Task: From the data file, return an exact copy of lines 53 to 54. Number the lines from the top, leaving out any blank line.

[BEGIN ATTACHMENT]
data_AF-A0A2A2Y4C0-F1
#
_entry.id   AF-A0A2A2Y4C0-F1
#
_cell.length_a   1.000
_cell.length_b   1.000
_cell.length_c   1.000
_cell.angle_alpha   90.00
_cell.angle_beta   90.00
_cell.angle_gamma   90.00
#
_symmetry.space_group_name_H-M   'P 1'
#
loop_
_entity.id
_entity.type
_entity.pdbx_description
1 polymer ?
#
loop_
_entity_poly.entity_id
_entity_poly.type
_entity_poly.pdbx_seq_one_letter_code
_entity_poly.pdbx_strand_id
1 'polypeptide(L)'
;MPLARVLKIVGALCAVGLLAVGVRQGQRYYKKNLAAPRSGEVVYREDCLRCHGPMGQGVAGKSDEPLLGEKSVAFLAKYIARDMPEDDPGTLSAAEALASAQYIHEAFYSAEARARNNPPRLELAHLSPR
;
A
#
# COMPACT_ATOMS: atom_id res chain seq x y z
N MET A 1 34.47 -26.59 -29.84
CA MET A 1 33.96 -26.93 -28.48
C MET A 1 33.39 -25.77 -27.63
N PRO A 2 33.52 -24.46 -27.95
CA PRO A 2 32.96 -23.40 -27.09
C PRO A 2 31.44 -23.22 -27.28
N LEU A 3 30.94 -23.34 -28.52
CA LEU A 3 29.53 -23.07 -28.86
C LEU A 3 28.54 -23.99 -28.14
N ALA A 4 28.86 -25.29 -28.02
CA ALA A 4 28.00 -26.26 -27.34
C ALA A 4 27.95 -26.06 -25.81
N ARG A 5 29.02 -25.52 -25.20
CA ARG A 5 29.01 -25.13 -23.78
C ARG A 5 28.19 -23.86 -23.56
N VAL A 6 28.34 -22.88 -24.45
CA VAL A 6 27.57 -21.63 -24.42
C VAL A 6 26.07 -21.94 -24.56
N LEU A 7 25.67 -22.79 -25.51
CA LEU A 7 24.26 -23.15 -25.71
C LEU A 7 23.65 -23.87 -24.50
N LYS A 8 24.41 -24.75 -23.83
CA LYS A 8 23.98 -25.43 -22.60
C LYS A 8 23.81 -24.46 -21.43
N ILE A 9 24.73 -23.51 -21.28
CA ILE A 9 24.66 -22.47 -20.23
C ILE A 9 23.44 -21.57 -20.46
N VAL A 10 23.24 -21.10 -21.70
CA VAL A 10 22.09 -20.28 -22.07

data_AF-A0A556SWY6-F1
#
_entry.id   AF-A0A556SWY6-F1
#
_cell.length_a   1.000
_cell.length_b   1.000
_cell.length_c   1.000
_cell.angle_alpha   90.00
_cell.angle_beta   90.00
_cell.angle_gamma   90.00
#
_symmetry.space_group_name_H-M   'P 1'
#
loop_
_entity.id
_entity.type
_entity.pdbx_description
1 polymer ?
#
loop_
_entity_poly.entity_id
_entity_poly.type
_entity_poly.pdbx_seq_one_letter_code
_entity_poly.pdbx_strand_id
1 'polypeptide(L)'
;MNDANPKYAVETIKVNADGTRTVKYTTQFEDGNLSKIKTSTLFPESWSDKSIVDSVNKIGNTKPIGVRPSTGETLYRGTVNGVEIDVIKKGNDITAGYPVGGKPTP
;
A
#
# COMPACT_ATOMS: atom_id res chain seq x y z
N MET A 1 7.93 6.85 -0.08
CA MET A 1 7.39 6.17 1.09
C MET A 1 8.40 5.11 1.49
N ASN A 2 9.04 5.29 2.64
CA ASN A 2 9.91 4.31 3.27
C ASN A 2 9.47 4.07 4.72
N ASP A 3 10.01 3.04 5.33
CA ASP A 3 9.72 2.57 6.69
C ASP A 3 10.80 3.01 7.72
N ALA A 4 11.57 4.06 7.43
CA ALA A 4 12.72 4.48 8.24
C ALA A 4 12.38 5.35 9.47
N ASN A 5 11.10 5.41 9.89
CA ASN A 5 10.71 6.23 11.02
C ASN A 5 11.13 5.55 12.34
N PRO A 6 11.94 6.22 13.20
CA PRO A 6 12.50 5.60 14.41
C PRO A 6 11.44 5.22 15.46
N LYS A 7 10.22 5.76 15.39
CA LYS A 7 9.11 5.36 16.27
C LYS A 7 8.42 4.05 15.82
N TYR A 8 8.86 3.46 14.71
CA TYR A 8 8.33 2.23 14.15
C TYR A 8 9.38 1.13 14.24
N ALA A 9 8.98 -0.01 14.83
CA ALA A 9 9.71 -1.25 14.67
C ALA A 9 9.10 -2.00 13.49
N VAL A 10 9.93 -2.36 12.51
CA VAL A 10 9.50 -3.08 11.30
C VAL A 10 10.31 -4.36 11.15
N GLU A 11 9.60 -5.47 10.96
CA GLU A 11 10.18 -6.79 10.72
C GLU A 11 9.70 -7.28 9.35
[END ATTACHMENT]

CA LYS A 8 23.98 -25.43 -22.60
C LYS A 8 23.81 -24.46 -21.43